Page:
Vintage: Saigon by François Sully (1960s)

Vintage: Saigon by François Sully (1960s)


François Sully (1927 – 1971) was born France and fought against the Nazis in the French Resistance as a teenager and was wounded on his seventeenth birthday in Paris. After the liberation of Paris he enlisted in the French Army, fought the Nazis in Germany and then volunteered for the French Expeditionary Forces, arriving in Saigon when the Japanese surrendered in 1945. Discharged in Saigon, Sully tried his hand as a tea planter and rancher before turning to journalism. In 1947 he joined Sud-Est Asiatique, a now defunct French magazine, working for them until 1953. He was assigned to cover the battle of Dien Bien Phu by Time-Life. He escaped from behind the Viet Minh lines. In 1959 he joined United Press International (UPI). He wrote articles for Time magazine and his photographs were carried by Black Star until he joined Newsweek in early 1961.

In March 1962, Sully was to be expelled from South Vietnam by President Ngo Dinh Diem, egged on by Madame Nhu, as his reporting was deemed “helpful to the enemy”. Unofficially, Diem intended the expulsion to serve as a warning to all journalists reporting the failings of his U.S.-assisted war against the Viet Cong. The other journalist on the expulsion list was Homer Bigart of the New York Times. Diem backed down after the U.S. Mission explained that expulsion would only worsen an already bad relationship with the press. Five months later, however, in August 1962, Sully was sent packing after some seventeen years in Indochina. The Newsweek issue of August 20, 1962 carried a long article by Sully “Viet Nam: The Unpleasant Truth”. His expulsion became a major political affair between Saigon and Washington. Sully departed Saigon on September 9, with most of the press corps at the airfield in a show of solidarity. After his expulsion Sully proceeded to Harvard where he put in a year at the Nieman Foundation and worked in bordering countries to Vietnam. He returned to the Newsweek bureau in Saigon after the November 1963 Coup and assassination of Ngo Dinh Diem.

Ho Van Nga Street (now Le Thi Hong Gam), Saigon, 1967

Ho Van Nga Street (now Le Thi Hong Gam), Saigon, 1967. Photo: François Sully

Saigon air drill - State of emergency, Saigon, August 1964

Saigon air drill – State of emergency, Saigon, August 1964. Photo: François Sully

Saigon noon traffic on Boulevard Le Loi, 1969

Saigon noon traffic on Boulevard Le Loi, 1969. Photo: François Sully

Scooter traffic on road, Saigon, June 1968

Scooter traffic on road, Saigon, June 1968. Photo: François Sully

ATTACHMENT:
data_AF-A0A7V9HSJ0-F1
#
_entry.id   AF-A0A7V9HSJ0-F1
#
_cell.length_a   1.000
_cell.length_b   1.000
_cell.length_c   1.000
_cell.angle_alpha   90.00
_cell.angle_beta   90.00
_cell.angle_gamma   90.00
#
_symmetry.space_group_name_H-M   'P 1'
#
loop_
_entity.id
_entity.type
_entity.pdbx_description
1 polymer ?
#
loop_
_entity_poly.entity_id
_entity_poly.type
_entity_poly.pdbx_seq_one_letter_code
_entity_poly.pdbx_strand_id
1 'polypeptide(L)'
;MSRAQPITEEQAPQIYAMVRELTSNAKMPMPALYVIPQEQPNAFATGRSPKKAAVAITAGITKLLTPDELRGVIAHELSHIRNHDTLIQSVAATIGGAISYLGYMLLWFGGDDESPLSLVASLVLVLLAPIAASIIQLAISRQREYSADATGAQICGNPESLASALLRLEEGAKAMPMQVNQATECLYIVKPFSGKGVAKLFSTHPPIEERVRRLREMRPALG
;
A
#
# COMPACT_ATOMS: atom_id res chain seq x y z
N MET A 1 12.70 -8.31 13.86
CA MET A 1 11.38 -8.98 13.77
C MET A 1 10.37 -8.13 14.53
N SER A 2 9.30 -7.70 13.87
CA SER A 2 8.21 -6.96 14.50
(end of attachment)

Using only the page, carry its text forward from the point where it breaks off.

Street scene in Saigon, 1969

Street scene in Saigon, 1969. Photo: François Sully

The Tet including the flower market, Saigon, ca. 1965-66

The Tet including the flower market, Saigon, ca. 1965-66. Photo: François Sully

The traditional Tet Flower Market on Nguyen Hue Boulevard, Saigon, 20 January 1966

The traditional Tet Flower Market on Nguyen Hue Boulevard, Saigon, 20 January 1966. Photo: François Sully

U.S. tanks moving through Saigon traffic, June 1968

U.S. tanks moving through Saigon traffic, June 1968. Photo: François Sully

U.S. tanks, 25th Division take position to defend Tan Son Nhut Air Base, June 1968

U.S. tanks, 25th Division take position to defend Tan Son Nhut Air Base, June 1968. Photo: François Sully

Vietnamese farmers on their way to village festival, June 1968

Vietnamese farmers on their way to village festival, June 1968. Photo: François Sully

Women leaving the area with belongings during street fighting, Saigon, 1968

Women leaving the area with belongings during street fighting, Saigon, 1968. Photo: François Sully

Young Vietnamese girls wear Western dress, Saigon, 1969

Young Vietnamese girls wear Western dress, Saigon, 1969. Photo: François Sully

Buying spree and carnival atmosphere at Saigon Central Market, 20 January 1966

Buying spree and carnival atmosphere at Saigon Central Market, 20 January 1966. Photo: François Sully

Clare Hollingworth with life photographer Tim Page, Saigon, June 1968

Clare Hollingworth with life photographer Tim Page, Saigon, June 1968. Photo: François Sully

Crowd walking toward the Central and Flower Market at night in Saigon on Vietnamese New Year's Eve, 20 January 1966

Crowd walking toward the Central and Flower Market at night in Saigon on Vietnamese New Year’s Eve, 20 January 1966. Photo: François Sully

ESSO trucks in Saigon (Tan Son Nhat airport on the left), 1968

ESSO trucks in Saigon (Tan Son Nhat airport on the left), 1968. Photo: François Sully

Saigon rue Catinat, June 1964

Saigon rue Catinat, June 1964. Photo: François Sully

Saigon street scene, 1964

Saigon street scene, 1964. Photo: François Sully

via manhhai


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